• “Crooked Letter, Crooked Letter”

    By Tom Franklin

    They say it’s a Southern thing but I grew up in New England and the way I learned to spell Mississippi was M-I-crooked letter-crooked-letter-I, etc. Anyway, that’s where the title comes from and this story is set in Mississippi. It’s one of my absolute favorites on the list because it’s the perfect blend of great writing and gripping suspense. It opens with a missing girl and an unexpected murder and things get juicier from there. The book has been named an Independent Bookseller and Barnes and Noble pick for the month of October.

  • “Full Dark, No Stars”

    By Stephen King

    This is the master of horror’s first book in two years. A collection of four — just like the title says — dark novellas. The first, “1922,” is a confession by a man who murdered his wife and convinced his teenage son to help cover up the crime. Another, “A Good Marriage,” is about a wife’s discovery that her seemingly vanilla husband is leading a double life. King is at the top of his game in this collection and packs on the plot twists. It’s a twisted book chock full of sinister secrets.

  • “A Rope & a Prayer”

    By David Rohde and Kristen Mulvihill

    Rohde is a New York Times reporter who was kidnapped by the Taliban a few years back. His wife, Kristen, happened to be the photo director of Cosmopolitan at the time, so their book was of particular interest to me. In this memoir, they tell the story from both their sides. From the moment David is first captured and the moment Kristen first learns of what happened and all through her efforts to free him until finally he makes a daring and unbelievable escape. The book is riveting.

  • “You had me at Woof: How Dogs Learned the Secrets of Happiness”

    By Julie Klam

    I first learned of this writer on Twitter of all things, and I'm happy I did. She's a smart, funny, self-deprecating writer who can take even the seemingly simple tale of getting a dog and turn it into something enchanting. The way she tells it — her usual method of meeting men, which was sitting at home on the couch watching television by herself, wasn't working so she decided to get a dog. Klam falls madly in love with her Boston Terrier, Otto. She writes that she loved him so much if she could have turned him into a man "only with a little less gas and eyes that looked straight ahead!" she would have. Instead, Otto helped lead her to finding a real guy and true love.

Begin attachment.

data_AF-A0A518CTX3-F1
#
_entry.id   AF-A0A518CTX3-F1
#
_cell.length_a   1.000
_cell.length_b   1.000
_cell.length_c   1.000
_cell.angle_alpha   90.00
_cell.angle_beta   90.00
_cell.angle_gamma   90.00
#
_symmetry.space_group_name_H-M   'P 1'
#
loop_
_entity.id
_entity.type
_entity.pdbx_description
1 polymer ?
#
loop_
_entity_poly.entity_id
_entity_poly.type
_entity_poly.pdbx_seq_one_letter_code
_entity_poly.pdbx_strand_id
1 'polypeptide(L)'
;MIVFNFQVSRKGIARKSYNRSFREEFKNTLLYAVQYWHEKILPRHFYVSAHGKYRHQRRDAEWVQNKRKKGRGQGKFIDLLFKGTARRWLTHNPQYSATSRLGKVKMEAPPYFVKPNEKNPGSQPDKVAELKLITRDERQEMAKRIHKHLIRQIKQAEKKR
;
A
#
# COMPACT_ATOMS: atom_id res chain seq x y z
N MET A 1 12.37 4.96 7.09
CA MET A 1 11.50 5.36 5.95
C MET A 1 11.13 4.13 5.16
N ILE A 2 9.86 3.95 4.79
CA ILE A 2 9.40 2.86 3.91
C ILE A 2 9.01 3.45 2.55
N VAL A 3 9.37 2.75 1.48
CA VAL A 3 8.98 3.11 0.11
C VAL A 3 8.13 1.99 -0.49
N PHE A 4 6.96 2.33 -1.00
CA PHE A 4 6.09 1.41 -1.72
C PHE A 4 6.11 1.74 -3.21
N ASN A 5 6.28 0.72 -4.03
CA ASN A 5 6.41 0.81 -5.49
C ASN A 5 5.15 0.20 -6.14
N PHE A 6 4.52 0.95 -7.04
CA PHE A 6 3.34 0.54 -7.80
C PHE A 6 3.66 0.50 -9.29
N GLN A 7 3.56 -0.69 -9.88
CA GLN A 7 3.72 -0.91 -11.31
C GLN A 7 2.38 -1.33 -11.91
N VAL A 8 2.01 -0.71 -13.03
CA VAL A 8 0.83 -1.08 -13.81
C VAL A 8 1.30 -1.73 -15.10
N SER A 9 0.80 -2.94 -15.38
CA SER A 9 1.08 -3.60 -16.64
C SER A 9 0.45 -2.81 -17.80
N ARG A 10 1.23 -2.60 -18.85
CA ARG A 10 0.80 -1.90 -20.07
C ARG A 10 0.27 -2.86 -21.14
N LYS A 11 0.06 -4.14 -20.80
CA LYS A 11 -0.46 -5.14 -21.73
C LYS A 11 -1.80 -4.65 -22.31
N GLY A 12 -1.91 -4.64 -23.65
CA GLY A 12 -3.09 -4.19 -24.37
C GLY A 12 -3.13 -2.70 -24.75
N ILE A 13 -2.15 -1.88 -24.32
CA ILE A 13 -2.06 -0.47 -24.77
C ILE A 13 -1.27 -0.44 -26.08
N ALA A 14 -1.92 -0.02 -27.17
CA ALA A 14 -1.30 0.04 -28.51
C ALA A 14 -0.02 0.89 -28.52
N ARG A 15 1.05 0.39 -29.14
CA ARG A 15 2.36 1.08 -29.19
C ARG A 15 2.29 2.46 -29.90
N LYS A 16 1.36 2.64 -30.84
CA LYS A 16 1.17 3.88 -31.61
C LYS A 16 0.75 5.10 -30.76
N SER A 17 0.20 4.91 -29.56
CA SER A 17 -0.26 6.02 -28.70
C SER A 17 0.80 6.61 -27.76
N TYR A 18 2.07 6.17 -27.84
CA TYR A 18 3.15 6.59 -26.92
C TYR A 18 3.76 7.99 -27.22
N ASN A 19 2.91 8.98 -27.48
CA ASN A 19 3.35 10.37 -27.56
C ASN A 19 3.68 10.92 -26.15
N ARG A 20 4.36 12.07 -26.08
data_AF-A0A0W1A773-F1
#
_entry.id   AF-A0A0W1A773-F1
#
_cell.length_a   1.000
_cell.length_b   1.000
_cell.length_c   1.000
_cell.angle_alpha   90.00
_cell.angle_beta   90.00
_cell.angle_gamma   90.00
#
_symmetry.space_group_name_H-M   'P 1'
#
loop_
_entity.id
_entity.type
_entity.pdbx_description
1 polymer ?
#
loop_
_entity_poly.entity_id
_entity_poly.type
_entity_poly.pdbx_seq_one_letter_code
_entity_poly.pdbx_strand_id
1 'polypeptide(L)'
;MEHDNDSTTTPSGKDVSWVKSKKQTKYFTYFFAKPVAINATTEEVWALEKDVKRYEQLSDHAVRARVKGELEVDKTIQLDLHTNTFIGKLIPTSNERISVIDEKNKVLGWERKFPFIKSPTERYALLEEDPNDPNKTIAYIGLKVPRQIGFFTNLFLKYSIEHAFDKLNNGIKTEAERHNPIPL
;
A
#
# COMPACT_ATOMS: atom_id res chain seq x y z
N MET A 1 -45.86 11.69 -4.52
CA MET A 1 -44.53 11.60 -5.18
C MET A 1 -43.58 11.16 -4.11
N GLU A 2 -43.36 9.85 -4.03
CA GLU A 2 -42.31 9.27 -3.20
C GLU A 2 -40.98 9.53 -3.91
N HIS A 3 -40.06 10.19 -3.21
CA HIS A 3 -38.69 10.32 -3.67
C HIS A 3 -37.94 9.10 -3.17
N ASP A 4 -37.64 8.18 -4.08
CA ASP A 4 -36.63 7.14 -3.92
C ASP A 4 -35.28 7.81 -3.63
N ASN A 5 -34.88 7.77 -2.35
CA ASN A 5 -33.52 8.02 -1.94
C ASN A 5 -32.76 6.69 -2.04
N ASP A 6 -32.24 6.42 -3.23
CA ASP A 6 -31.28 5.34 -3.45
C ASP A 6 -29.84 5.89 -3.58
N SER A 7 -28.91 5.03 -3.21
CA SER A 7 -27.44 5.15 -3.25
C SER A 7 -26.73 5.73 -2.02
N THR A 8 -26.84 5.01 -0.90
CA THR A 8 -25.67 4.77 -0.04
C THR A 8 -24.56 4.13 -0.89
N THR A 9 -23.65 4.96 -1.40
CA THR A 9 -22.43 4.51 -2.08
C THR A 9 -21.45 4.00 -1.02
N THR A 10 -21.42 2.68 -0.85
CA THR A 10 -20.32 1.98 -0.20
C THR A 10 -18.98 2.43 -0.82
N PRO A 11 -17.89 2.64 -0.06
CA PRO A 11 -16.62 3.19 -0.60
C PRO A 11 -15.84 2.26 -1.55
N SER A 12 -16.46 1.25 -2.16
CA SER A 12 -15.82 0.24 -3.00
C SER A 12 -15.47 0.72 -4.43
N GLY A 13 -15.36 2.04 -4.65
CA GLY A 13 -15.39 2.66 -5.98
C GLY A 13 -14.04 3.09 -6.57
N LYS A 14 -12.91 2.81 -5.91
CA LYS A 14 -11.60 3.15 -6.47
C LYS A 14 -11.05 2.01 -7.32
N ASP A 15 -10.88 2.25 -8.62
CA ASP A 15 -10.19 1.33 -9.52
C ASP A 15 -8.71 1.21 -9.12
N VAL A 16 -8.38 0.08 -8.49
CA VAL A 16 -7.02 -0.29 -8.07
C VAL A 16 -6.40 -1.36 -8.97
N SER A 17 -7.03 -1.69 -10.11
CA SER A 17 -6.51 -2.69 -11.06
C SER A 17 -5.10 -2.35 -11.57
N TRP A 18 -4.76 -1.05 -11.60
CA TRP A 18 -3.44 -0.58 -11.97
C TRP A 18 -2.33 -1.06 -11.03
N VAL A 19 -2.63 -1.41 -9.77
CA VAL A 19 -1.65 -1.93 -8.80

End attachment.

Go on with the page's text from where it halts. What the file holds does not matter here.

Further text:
• “Half Empty”

    By David Rakoff

    Anyone looking for a lighter read than many of the books on our fall list, will love this collection of super sarcastic, funny and at times surprisingly poignant essays. Rakoff turns his wicked wit on the like of the Hollywood Walk of Fame, a New York porn convention, and the oddities of life in Salt Lake City, and his own non-tortured youth among other topics.

  • “The Lost Hero”

    By Rick Riordan

    I confess that I’m not a big reader of fantasy. But I put this book on the list as our young adult pick because its getting a lot of buzz right now. In short, it’s about a boy who wakes up on a bus in the middle of a field trip with no memory of how he got there, a girl who’s famous father has gone missing, and another boy who keeps seeing ghosts. So there’s a lot going on in here.

  • “Decision Points”

    By George W. Bush

    One of the most anticipated books of the fall is the memoir by our former president. The book is being kept from the media until it release on November 9th, but Bush just released a video where he talks about what the reader will find in the pages. Rather than write an exhaustive, chronological account of his life, he says he focused on the biggest decisions he faced in his life, from quitting drinking at age 40, to meeting and marrying his wife Laura, to all the many difficult decisions he made as leader of our country.

  • For more from John Searles

    John Searles is a book critic and best-selling author of the novels "Strange But True" and "Boy Still Missing." Follow him on Facebook to learn what he's reading.